I attended tonight’s screening of The Public followed by a Q+A with Emilio Estevez. Some fun facts: The idea for the film came to Emilio after he read Chip Ward’s Los Angeles Times piece. The movie features some wild reference questions, all of which was sourced from real librarians. Emilio made an effort to cast homeless individuals in the film. One of the original locations for the film was supposed to be a Los Angeles area library, but the library turned them down because they’d had issues with people filming there in the past. The culprit? The West Wing! (“I called my dad and yelled at him”)
This is the Midwinter session I was most excited for, and it did not disappoint! CiKeithia Pugh, from The Seattle Public Library, opened the session by reminding us that access and inclusion are not equity. It will take intentional, focused work to shift power to our communities. Pugh encouraged us to ask ourselves how we’re sharing power in our work. It’s something I’ll be reflecting on. As librarians, it falls to us to make sure that the things we say we value are reflected in practice. We need to be mindful of dominant power structures: how they affect our work, our own role as individuals connected to a powerful institution, the ways we cling to the power we hold. When we use data to create programs, are we evaluating what we’re not being told? Pugh encourages librarians to supplement every statistic with community-led data. It’s all a part of her…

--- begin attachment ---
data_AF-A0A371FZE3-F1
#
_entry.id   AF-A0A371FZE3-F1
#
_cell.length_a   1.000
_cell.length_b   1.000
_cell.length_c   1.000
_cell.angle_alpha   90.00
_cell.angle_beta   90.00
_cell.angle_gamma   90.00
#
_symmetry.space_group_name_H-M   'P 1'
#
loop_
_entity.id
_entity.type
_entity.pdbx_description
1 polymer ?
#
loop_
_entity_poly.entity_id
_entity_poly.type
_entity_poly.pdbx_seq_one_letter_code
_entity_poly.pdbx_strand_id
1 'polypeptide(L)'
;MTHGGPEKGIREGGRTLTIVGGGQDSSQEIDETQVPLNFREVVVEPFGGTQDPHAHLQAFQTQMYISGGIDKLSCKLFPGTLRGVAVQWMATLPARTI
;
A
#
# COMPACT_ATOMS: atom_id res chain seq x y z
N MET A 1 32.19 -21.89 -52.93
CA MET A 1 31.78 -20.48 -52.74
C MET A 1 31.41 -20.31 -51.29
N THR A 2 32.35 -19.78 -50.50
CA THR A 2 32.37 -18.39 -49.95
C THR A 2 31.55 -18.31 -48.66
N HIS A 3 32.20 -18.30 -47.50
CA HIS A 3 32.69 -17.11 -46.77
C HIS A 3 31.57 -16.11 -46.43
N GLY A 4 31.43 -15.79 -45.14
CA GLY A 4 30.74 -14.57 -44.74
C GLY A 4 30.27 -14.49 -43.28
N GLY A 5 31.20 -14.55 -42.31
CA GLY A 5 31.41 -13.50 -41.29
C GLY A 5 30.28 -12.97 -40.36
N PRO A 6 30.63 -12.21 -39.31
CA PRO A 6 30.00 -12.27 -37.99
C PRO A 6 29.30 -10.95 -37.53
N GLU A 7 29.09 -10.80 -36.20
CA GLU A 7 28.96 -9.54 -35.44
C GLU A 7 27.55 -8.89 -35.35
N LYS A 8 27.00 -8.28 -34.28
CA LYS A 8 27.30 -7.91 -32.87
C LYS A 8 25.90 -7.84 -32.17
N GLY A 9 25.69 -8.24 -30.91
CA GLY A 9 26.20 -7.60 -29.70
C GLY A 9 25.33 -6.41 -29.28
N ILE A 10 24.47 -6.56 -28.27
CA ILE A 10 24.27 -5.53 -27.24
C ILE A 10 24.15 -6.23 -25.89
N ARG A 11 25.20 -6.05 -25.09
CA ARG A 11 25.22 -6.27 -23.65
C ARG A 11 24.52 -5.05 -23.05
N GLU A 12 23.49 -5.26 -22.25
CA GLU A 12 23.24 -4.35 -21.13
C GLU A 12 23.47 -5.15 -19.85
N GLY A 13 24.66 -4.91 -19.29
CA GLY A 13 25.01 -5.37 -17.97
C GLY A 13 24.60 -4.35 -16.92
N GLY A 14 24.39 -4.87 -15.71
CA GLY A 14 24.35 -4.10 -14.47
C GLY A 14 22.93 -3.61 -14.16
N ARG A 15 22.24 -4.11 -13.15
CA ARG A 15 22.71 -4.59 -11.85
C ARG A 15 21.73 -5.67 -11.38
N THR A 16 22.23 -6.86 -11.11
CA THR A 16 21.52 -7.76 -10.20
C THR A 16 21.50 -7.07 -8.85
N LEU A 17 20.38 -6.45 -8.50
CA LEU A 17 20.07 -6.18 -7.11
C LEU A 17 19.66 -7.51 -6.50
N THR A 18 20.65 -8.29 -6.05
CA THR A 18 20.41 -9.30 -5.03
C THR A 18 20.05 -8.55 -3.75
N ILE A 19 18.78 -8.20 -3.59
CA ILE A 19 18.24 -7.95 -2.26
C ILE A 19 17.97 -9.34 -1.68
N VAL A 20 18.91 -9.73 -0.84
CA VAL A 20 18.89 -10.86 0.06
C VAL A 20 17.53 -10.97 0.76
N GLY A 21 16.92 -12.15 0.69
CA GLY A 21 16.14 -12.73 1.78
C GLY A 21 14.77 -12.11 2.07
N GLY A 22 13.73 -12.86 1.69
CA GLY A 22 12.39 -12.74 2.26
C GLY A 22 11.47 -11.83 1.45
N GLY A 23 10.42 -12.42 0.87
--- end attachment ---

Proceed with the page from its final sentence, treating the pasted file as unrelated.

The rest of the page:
The introduction to computational thinking kicked off with a massive game of rock, paper, scissors! The game may seem simple, but it models computational thinking beautifully! Each hand position is a symbol that represents an object, the game involves pattern recognition, background knowledge, and a thorough understanding of the logic. A recording of the session will be available, Paula Langsam and Claudia Haines packed so much wonderful information into the session that it’s definitely worth checking out.
As a first time Midwinter attendee, it can be difficult to navigate the conference, so I was delighted to attend the ALSC membership dinner and connect with other librarians! It was easy to get involved: a few weeks ago, I signed up to share a meal with a small group of youth services librarians and was paired with four brilliant, talented professionals. Tonight, we met up, bonded over our love of children’s literature, and had some truly fantastic Indian food. It was a wonderful opportunity to meet new librarians, learn from my peers, and ask questions about ALSC.
It’s less than three weeks until the ALA Midwinter Meetings to be held in Seattle, WA from January 25 through the 29th. We’d love to have you consider joining our live blogging team.